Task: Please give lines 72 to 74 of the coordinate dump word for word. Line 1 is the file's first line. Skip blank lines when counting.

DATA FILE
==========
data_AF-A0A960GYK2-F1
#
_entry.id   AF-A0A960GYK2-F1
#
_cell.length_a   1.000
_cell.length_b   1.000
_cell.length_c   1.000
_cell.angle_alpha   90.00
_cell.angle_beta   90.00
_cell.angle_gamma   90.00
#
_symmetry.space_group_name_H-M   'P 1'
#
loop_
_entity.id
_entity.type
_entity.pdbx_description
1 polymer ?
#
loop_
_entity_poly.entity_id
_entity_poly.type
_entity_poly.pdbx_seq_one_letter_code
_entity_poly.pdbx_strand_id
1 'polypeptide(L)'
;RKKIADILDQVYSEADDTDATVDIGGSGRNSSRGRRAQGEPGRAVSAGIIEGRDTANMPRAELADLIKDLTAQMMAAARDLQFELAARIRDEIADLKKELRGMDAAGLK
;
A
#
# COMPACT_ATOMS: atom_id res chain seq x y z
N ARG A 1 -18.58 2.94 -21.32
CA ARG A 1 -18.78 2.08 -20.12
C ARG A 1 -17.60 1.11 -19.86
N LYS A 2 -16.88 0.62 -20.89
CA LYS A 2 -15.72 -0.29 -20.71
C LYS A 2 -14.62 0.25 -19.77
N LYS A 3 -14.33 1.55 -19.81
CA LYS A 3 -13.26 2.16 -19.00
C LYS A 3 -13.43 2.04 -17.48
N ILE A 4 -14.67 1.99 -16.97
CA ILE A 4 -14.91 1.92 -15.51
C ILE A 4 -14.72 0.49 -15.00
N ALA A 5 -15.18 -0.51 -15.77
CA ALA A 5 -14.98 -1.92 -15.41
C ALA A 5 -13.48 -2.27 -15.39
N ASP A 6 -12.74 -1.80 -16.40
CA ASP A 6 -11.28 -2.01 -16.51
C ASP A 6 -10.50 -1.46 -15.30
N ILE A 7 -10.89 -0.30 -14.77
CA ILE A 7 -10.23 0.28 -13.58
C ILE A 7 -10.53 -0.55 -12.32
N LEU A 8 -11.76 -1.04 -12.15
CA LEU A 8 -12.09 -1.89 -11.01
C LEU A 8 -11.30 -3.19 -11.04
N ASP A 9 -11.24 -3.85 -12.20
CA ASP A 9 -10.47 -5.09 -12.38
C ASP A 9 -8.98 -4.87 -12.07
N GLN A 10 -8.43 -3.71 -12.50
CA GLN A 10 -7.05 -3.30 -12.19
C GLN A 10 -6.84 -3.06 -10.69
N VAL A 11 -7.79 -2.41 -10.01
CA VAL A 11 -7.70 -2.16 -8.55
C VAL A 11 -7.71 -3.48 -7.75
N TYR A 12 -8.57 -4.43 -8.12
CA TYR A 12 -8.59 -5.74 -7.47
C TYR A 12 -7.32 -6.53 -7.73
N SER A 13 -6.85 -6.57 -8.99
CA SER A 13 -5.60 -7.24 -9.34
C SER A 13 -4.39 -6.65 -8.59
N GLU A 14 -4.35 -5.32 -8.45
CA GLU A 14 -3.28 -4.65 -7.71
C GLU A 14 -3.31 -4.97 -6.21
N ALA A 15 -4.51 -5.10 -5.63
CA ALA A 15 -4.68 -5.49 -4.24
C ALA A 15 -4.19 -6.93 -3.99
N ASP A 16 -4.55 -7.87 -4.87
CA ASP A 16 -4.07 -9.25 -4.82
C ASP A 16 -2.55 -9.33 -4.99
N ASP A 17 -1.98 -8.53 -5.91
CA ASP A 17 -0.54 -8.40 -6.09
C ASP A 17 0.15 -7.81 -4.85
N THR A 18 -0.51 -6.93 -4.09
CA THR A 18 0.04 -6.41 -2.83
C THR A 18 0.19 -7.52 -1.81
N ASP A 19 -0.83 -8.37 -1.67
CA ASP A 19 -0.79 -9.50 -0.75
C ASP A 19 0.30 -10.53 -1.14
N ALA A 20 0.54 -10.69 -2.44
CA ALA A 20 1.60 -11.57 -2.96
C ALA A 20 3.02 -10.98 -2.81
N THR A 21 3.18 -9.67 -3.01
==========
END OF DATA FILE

C GLU A 14 -3.31 -4.97 -6.21
N ALA A 15 -4.51 -5.10 -5.63
CA ALA A 15 -4.68 -5.49 -4.24